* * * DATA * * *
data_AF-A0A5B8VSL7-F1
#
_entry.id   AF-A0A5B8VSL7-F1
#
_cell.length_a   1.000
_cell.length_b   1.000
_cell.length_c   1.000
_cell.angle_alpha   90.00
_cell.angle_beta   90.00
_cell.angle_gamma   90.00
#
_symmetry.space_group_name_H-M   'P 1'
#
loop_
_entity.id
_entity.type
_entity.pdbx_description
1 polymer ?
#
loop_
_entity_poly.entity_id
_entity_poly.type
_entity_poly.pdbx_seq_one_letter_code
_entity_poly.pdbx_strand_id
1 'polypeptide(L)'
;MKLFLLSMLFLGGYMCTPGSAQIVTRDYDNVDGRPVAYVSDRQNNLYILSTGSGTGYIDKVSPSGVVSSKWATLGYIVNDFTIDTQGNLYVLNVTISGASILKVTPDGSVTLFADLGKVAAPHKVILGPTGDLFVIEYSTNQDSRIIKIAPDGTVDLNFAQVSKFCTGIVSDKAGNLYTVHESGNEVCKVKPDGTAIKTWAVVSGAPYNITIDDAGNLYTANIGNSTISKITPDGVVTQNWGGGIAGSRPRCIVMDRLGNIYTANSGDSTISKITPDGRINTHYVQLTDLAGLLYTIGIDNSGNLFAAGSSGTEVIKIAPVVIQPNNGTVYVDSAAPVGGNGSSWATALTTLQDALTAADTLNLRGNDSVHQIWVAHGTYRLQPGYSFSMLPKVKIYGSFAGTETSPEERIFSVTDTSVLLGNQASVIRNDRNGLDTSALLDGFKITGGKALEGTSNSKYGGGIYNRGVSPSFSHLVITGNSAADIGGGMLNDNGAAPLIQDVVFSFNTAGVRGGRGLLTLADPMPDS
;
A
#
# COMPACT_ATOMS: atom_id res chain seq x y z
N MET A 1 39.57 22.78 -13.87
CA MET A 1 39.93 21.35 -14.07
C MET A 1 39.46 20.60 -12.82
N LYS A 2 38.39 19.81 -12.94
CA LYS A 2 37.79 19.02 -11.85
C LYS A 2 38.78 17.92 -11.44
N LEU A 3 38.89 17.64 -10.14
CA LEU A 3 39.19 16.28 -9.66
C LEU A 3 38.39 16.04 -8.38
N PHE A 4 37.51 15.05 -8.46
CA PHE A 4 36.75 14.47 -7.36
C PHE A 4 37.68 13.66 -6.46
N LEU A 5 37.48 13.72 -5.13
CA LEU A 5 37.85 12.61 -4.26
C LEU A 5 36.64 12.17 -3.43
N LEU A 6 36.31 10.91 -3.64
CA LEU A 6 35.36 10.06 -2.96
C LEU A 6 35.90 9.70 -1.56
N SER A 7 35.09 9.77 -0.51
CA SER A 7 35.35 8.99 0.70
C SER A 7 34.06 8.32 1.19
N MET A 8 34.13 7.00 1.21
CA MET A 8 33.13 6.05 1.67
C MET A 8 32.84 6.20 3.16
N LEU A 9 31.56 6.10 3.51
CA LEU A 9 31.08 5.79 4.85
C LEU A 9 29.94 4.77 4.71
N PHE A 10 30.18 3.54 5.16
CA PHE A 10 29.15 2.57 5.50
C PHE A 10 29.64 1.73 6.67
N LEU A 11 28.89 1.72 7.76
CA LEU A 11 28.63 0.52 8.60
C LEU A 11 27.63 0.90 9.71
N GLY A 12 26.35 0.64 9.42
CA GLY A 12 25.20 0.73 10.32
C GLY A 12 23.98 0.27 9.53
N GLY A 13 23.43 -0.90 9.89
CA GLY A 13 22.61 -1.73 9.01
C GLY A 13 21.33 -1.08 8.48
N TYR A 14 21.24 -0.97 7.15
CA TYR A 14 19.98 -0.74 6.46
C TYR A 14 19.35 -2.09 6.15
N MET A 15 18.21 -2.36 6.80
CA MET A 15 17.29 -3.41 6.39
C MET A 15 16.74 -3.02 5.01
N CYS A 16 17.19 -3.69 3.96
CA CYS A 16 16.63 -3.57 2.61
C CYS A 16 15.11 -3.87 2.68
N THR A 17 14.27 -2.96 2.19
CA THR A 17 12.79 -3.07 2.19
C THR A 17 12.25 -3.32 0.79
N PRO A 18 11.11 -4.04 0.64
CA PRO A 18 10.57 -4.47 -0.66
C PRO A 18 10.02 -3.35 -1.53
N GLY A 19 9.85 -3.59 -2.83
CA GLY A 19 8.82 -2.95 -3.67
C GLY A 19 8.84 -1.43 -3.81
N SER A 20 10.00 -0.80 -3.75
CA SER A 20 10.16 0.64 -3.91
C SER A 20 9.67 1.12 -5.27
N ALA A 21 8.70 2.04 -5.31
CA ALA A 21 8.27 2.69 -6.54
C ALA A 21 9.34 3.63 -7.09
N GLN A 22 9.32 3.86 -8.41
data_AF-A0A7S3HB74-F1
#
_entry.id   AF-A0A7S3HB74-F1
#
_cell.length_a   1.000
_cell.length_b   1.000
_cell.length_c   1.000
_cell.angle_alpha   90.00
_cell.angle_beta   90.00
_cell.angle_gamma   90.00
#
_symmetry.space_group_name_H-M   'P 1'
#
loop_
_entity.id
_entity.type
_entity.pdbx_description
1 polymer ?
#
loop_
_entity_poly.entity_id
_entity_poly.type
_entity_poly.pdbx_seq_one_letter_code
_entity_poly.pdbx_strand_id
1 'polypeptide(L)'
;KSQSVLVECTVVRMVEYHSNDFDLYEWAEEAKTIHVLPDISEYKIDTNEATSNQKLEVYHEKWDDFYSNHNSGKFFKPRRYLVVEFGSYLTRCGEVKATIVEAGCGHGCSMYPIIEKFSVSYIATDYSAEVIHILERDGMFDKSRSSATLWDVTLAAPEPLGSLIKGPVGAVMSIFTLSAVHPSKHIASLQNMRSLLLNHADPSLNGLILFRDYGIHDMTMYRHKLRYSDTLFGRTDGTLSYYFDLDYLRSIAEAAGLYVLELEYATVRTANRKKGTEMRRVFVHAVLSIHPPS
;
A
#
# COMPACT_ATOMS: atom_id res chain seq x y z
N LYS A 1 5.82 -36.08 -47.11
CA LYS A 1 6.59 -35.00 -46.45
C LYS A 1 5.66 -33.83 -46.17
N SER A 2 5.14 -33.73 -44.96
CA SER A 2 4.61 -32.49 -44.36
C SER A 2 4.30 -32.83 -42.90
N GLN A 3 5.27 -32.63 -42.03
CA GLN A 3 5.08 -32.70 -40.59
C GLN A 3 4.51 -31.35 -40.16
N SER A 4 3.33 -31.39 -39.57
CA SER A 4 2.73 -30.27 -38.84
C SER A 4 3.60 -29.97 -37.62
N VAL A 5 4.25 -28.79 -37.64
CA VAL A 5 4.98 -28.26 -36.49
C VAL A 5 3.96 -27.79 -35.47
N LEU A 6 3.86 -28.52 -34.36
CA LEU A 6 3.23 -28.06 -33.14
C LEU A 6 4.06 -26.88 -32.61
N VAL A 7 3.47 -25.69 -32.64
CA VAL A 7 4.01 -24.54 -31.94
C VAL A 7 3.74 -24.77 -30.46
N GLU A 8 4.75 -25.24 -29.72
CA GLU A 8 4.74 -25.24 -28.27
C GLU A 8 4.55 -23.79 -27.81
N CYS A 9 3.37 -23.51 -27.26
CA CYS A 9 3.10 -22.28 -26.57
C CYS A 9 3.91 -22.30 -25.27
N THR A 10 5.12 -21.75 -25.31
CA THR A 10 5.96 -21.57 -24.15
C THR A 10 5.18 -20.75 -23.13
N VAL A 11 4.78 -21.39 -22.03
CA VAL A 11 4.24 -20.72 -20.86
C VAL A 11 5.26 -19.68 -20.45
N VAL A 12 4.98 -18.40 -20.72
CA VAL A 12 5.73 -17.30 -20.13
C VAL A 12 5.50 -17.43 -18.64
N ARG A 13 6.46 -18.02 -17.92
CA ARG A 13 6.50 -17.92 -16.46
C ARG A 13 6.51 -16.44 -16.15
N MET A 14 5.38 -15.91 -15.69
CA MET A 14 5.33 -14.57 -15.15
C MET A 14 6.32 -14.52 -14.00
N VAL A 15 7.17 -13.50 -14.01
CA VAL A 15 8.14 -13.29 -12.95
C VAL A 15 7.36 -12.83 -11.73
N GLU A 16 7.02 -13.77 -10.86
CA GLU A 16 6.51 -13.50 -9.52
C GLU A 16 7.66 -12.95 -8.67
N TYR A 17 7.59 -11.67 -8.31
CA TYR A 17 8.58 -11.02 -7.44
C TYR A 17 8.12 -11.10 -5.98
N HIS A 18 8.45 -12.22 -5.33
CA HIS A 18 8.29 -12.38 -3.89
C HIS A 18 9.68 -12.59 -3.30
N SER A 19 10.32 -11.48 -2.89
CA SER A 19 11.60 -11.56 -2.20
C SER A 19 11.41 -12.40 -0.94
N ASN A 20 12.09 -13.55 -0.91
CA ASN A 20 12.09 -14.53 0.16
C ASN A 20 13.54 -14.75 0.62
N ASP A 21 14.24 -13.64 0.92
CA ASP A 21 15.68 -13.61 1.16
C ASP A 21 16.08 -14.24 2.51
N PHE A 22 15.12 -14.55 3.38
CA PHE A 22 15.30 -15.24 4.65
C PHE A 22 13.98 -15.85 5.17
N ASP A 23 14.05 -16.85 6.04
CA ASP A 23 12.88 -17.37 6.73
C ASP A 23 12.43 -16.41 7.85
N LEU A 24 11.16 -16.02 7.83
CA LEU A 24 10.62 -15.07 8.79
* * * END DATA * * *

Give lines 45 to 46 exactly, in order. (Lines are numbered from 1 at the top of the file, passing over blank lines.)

C LEU A 5 36.64 12.17 -3.43
N LEU A 6 36.31 10.91 -3.64